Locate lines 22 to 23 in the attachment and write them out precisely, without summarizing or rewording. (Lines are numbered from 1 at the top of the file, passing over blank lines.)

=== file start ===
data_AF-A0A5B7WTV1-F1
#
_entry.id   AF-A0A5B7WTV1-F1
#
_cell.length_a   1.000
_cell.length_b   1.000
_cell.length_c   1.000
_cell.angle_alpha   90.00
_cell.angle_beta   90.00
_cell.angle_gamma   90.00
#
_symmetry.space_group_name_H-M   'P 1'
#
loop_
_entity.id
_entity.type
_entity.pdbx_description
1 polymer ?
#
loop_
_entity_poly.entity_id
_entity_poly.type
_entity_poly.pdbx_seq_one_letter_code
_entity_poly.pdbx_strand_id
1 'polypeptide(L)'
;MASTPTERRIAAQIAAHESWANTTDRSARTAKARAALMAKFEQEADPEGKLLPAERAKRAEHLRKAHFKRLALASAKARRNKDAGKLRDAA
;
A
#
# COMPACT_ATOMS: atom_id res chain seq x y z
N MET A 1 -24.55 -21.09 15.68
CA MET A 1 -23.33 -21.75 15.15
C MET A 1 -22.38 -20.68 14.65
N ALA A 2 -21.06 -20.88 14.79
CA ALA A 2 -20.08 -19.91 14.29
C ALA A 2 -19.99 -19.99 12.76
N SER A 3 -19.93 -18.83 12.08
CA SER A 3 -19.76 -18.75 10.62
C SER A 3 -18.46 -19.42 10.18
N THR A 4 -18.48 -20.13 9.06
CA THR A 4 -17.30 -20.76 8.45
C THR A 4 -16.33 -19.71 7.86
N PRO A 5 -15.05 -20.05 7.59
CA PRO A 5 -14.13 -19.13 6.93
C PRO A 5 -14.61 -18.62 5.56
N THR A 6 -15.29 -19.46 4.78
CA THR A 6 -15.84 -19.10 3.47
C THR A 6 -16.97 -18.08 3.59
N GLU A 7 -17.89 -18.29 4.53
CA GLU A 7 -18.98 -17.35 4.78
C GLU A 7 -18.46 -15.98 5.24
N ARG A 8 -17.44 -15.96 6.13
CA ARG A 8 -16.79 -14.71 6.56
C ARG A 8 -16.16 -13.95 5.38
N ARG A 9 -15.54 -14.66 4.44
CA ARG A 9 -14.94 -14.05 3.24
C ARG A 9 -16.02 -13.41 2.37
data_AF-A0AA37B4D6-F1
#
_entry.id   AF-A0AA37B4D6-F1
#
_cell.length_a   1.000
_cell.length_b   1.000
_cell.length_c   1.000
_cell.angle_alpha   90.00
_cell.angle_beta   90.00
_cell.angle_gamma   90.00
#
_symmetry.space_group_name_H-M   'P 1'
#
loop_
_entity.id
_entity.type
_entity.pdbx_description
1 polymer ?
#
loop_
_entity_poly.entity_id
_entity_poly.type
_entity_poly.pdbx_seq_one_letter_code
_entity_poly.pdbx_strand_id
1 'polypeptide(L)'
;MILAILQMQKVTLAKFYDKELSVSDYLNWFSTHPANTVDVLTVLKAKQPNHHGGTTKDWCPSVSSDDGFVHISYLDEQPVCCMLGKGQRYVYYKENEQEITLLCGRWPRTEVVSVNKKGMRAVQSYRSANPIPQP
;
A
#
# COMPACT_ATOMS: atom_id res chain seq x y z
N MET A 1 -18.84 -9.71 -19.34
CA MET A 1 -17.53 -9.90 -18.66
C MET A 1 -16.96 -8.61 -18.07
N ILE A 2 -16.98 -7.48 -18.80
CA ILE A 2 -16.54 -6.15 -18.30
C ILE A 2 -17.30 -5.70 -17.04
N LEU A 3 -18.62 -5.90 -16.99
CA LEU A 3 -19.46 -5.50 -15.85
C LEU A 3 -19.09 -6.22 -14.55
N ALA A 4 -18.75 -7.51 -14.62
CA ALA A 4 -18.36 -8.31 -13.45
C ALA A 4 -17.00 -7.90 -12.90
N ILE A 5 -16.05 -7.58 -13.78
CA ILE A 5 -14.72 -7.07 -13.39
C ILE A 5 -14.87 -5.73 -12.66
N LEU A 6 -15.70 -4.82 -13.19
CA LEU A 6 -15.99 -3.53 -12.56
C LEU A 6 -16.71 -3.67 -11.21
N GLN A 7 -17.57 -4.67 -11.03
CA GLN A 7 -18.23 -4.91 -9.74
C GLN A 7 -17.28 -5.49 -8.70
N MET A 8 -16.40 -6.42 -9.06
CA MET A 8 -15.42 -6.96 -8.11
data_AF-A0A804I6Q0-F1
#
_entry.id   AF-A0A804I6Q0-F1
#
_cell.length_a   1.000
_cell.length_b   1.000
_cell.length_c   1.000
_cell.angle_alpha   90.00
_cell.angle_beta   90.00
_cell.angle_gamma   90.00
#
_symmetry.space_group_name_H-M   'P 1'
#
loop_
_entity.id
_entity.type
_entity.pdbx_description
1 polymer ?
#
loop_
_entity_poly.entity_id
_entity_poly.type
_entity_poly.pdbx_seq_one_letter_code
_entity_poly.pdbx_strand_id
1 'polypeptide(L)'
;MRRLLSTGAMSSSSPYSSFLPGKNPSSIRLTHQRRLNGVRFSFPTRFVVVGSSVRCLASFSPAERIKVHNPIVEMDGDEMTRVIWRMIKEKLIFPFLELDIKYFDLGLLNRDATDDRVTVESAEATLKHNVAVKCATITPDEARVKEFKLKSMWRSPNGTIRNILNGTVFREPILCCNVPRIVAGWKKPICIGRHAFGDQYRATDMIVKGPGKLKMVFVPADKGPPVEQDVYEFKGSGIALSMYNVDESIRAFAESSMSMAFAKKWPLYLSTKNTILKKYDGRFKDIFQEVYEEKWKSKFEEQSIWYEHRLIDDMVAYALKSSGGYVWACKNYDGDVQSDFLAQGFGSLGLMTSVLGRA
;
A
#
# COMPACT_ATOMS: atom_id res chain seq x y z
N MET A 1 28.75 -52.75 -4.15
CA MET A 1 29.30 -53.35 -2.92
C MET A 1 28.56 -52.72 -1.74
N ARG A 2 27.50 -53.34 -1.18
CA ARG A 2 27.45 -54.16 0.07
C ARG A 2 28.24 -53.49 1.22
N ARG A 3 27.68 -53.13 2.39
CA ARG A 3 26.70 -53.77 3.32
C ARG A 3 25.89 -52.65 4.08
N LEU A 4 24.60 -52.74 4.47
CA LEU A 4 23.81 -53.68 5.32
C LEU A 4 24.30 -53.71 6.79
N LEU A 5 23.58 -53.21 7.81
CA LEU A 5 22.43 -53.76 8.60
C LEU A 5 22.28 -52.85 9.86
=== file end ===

_entity_poly.type
_entity_poly.pdbx_seq_one_letter_code